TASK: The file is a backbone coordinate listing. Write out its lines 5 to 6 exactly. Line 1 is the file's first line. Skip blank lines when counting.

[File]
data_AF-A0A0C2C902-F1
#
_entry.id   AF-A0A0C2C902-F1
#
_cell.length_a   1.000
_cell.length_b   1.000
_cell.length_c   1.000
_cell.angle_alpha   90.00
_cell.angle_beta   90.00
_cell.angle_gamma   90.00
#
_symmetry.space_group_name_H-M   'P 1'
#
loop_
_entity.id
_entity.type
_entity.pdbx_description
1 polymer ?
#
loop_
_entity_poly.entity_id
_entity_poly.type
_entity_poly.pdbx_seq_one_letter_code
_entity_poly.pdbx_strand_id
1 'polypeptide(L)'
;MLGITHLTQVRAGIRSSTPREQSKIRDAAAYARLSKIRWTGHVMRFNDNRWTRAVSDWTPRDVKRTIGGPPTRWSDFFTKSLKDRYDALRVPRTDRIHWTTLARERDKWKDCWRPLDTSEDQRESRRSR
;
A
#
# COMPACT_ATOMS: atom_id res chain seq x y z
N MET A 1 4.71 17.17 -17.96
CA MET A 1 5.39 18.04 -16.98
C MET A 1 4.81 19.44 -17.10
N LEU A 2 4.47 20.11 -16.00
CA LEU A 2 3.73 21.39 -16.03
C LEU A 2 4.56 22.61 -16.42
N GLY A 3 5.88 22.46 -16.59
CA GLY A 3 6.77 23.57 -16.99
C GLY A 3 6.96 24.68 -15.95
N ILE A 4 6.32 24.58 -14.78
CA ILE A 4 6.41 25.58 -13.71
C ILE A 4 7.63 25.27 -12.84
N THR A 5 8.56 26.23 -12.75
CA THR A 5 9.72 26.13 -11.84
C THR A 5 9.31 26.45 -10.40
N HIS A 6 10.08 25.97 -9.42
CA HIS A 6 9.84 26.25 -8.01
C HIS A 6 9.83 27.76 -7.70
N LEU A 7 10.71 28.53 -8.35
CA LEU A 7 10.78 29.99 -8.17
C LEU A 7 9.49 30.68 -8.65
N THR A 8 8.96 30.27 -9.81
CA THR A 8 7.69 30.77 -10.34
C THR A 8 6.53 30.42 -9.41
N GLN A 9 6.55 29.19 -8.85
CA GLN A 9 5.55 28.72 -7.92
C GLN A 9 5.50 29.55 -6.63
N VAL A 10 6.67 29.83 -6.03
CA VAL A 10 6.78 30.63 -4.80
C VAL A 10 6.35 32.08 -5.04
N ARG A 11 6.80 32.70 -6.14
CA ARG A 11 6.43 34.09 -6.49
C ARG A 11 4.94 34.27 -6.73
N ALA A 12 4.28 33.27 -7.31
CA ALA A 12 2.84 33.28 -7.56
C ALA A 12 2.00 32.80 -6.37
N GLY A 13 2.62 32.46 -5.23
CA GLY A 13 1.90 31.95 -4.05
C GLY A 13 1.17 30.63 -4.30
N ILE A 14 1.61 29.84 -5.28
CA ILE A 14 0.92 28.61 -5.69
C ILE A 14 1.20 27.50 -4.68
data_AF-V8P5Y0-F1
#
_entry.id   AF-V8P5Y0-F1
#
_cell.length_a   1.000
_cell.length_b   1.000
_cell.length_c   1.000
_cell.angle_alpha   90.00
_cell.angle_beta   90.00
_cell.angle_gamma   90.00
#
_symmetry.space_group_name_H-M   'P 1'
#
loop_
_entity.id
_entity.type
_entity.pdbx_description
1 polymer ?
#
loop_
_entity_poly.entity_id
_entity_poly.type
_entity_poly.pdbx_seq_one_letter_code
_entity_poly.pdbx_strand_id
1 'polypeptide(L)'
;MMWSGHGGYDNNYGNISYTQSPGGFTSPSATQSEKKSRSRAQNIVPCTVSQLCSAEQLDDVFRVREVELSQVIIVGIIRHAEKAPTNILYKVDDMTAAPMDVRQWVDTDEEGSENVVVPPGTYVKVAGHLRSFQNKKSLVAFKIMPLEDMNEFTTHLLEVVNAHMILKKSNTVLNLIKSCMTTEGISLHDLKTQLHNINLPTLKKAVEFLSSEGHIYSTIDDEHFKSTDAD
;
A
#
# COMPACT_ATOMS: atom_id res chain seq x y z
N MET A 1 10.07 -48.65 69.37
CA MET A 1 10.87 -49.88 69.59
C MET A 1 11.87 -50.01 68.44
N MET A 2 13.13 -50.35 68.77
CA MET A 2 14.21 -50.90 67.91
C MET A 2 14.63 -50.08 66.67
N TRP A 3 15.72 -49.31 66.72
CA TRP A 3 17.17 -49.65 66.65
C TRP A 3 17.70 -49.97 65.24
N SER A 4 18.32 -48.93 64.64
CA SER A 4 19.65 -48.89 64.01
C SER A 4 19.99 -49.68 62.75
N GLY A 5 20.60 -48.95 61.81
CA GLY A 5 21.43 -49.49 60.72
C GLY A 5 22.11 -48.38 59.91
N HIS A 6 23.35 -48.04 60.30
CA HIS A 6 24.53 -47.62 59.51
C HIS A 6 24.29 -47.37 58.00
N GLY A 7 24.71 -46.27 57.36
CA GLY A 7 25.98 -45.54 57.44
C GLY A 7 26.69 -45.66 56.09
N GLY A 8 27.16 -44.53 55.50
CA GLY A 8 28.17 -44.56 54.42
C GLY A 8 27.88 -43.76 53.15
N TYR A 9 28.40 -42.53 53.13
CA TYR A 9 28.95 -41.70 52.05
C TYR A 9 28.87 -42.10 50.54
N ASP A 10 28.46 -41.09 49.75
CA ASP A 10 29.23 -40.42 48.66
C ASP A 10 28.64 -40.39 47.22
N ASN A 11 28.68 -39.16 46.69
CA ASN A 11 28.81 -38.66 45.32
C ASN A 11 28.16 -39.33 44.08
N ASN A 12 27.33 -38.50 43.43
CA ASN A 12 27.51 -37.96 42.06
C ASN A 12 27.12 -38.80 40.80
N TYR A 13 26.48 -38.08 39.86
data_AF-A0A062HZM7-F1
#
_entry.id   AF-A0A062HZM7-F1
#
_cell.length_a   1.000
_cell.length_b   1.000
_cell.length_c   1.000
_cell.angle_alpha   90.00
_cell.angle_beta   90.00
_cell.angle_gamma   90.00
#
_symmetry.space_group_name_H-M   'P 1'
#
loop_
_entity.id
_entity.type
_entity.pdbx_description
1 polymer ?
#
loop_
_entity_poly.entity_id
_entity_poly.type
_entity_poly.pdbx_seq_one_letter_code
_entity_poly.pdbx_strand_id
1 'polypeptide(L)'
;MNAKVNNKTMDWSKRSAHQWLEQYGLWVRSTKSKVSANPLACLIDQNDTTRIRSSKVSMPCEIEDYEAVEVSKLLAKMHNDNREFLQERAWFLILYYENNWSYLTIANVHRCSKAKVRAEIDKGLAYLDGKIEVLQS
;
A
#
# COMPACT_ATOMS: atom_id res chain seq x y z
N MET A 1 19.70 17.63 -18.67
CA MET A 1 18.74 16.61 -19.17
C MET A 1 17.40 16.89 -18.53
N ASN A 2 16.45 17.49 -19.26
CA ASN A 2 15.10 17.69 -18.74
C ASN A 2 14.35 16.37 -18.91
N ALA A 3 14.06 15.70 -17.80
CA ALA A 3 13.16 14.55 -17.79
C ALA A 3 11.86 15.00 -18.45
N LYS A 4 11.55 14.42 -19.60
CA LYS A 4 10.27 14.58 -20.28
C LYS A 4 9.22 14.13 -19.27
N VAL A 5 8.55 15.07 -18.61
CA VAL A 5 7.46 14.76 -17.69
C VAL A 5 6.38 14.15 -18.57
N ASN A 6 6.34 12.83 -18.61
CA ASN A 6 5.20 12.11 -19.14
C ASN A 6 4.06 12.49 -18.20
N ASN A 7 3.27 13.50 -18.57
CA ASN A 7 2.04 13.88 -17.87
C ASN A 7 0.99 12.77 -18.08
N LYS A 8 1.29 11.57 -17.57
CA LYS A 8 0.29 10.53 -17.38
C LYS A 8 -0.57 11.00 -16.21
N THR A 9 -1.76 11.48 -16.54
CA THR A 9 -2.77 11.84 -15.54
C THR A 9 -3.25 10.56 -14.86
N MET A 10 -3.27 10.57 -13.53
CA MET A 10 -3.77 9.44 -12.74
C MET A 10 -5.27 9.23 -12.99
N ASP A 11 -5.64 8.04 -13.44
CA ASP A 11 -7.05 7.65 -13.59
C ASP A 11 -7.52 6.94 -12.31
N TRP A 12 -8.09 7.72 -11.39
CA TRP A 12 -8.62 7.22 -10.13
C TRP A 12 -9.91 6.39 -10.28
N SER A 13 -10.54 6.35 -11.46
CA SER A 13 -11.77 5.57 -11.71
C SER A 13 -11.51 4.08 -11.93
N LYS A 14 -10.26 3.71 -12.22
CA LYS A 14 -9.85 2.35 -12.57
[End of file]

_cell.length_a   1.000
_cell.length_b   1.000